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  1. What is the most common renal mass in children?
    Wilms tumor (Nephroblastoma)
  2. What are features that can help to distinguish between neuroblastoma and Wilms tumor?
    Neuroblastoma - much more often calcified

    Can extend behind aorta
  3. How can one distinguish between Wilms tumor and multilocular cystic nephroma?
    Predominantly cystic Wilms tumor is rare
  4. What are pulmonary complications of HPV?
    Papillomatosis - solid and cystic lung nodules
  5. Image Upload 1
    • Pulmonary sling - 
    • Left pulmonary artery originates from right pulmonary artery
    • Courses posterior to trachea and anterior to esophagus
  6. How does the pathophysiology of duodenal atresia differ from other small intestine or colonic atresias?
    • Lumen of the duodenum is obliterated in development and then recanalizes around the 8th or 10th week. Failure of these leads to duodenal atresia.
    • Other atresias - vascular ischemia
  7. What are the most common locations for enteric duplication cysts?
    Distal ileum

  8. What is the difference between rhizo and acromelic?
    Acromelic > shortening of distal bones

    Rhizomelic > shortening of proximal bones
  9. Image Upload 2
    Grade 1 Germinal Matrix hemorrhage - confined to caudothalamic groove
  10. What side is cleft palate typically located on?
    Left side
  11. What is the normal course of the umbilical vein to the inferior vena cava?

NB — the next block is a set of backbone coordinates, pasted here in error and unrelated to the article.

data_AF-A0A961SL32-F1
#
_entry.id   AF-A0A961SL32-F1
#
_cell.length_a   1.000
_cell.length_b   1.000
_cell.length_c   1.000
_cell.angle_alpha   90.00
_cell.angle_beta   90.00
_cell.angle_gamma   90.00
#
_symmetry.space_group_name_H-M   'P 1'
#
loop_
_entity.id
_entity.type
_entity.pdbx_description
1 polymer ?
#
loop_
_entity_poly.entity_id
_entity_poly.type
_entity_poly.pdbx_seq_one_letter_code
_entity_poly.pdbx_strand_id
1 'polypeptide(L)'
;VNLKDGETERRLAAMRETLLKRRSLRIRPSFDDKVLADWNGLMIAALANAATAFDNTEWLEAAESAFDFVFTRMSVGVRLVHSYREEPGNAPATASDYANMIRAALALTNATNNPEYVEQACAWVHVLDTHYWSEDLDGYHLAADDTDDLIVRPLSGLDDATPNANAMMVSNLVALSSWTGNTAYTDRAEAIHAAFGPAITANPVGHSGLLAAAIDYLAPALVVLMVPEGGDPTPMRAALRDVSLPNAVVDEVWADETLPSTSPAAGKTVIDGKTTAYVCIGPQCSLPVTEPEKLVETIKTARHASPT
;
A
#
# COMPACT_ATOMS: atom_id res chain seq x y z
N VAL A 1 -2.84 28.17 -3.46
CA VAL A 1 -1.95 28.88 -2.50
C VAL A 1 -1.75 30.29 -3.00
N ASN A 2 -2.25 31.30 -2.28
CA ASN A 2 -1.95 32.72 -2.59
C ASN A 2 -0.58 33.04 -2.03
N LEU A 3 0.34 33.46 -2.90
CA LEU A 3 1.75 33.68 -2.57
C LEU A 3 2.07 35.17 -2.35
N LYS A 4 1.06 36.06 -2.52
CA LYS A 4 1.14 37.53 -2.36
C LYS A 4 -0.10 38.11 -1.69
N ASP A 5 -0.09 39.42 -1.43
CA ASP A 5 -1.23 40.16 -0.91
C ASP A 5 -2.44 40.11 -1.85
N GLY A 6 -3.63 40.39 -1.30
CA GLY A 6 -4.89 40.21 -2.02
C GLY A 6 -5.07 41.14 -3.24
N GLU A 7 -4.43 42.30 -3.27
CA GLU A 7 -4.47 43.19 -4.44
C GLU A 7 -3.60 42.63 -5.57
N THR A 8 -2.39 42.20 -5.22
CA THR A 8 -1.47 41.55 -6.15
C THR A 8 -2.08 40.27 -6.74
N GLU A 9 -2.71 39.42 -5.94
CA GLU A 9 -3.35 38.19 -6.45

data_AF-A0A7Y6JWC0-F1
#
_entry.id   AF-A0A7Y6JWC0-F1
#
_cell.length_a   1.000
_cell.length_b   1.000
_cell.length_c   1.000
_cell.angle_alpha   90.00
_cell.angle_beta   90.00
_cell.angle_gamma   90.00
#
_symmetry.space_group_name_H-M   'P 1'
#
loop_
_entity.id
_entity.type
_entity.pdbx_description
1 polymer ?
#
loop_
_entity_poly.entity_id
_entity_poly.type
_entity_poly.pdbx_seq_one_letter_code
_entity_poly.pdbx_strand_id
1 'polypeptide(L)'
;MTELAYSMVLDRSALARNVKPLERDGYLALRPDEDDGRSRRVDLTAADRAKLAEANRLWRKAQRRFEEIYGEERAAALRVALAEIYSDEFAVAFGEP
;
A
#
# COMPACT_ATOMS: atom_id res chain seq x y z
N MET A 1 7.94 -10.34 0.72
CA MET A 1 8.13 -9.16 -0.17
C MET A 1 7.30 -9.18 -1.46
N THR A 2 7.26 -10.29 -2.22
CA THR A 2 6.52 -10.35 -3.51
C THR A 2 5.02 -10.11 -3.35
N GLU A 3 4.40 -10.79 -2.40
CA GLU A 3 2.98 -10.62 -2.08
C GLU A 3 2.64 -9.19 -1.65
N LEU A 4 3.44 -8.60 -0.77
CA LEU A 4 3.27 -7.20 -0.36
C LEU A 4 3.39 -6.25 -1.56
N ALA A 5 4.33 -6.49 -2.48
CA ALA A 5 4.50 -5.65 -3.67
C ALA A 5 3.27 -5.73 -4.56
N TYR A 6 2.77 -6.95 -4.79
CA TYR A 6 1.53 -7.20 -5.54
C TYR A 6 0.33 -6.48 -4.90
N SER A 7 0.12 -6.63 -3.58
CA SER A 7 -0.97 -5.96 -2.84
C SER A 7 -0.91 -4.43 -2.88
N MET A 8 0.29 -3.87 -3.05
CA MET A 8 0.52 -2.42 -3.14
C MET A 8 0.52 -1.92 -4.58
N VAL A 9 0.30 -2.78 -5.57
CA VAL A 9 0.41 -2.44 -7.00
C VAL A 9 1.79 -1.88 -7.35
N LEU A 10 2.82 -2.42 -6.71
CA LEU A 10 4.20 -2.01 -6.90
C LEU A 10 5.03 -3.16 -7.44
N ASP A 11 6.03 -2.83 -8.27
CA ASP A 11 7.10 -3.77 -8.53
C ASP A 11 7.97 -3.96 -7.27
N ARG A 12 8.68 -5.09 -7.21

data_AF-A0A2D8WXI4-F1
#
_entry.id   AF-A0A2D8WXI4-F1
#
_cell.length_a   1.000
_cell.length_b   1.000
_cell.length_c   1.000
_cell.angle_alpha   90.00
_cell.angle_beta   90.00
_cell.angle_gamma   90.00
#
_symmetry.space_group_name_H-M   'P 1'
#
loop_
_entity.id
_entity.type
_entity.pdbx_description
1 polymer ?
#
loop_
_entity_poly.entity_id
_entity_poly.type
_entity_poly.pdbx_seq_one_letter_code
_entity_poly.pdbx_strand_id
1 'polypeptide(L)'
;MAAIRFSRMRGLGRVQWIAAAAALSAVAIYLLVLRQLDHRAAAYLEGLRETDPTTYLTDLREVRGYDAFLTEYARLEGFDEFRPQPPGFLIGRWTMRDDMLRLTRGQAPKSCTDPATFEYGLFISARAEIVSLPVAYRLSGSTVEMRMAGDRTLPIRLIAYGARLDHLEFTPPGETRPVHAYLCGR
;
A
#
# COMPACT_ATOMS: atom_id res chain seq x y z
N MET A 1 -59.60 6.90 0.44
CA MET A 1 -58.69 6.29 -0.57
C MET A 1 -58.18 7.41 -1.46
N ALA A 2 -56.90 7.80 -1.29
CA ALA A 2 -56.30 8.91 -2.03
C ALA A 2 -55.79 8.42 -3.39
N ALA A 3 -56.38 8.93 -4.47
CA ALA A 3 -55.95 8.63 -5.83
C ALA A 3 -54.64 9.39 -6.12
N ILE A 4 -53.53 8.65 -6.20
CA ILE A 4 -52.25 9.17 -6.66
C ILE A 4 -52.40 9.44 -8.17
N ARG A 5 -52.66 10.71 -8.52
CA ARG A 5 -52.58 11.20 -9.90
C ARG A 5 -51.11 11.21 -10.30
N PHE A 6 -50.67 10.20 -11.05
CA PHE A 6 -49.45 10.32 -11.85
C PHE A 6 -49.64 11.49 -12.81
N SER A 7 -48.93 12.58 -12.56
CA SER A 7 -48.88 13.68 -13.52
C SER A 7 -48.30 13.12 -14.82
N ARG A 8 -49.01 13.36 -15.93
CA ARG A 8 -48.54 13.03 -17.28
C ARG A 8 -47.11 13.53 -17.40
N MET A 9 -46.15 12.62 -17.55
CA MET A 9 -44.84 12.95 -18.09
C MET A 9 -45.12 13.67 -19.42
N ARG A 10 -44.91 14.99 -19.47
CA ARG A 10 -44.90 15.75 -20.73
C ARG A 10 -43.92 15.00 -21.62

Umbilical vein > left portal vein > ductus venosus > inferior vena cava
  12. What is the normal course of an umbilical arterial catheter?
    Umbilical artery > dips down to iliac artery > aorta
  13. Where should the tip of the umbilical artery catheter be?
    T5 to T8

    T4 - level of great vessels

    L1 - L2 - level of renal arteries
  14. What is the difference between an apophysis and an epiphysis?
    Both are growth centers

    Epiphysis - contributes to longitudinal growth
  15. What are characteristic ultrasound findings of Turner's syndrome in the second trimester?
    Cystic hygroma

  16. Which insertion is typically normal a duplicated collecting system?
    Lower pole
  17. Which collecting system is more prone to reflux in a duplicated collecting system?
    Lower pole
  18. Where does the upper pole in a duplicated collecting system typically insert?

  19. Which insertion is more prone to developing ureteroceles in a completely duplicated collecting system?
    Upper pole insertion
  20. What are the most common types of benign liver tumors of infancy?
    Hepatic hemangioendothelioma (most common)

    Mesenchymal hamartoma
  21. What is the most common hepatic malignancy in children?
  22. What is the pathophysiology of Rickets?
    Failure to mineralize cartilage/osteoid in physes
  23. What type of tumor can produce a paraneoplastic syndrome that reduces phosphate levels and causes rickets?
  24. What is the most common pathogen causing neonatal pneumonia?
    Group B strep
  25. What are risk factors for neonatal pneumonia?
    • Maternal vaginal infection
    • Prolonged labor
    • Premature rupture of membranes
  26. What is the pathophysiology of transient tachypnea of the newborn?
    Retained fetal lung fluid
  27. How does fetal lung fluid normally get resorbed?

    Interstitial lymphatics
  28. What are radiographic findings associated with transient tachypnea of the new born?
    Linear densities radiating from hila

    Pleural effusions
  29. What are the most common imaging findings in neonatal pneumonia?
    Bilateral alveolar opacities


    Pleural effusions
  30. How can one distinguish RDS from neonatal pneumonia?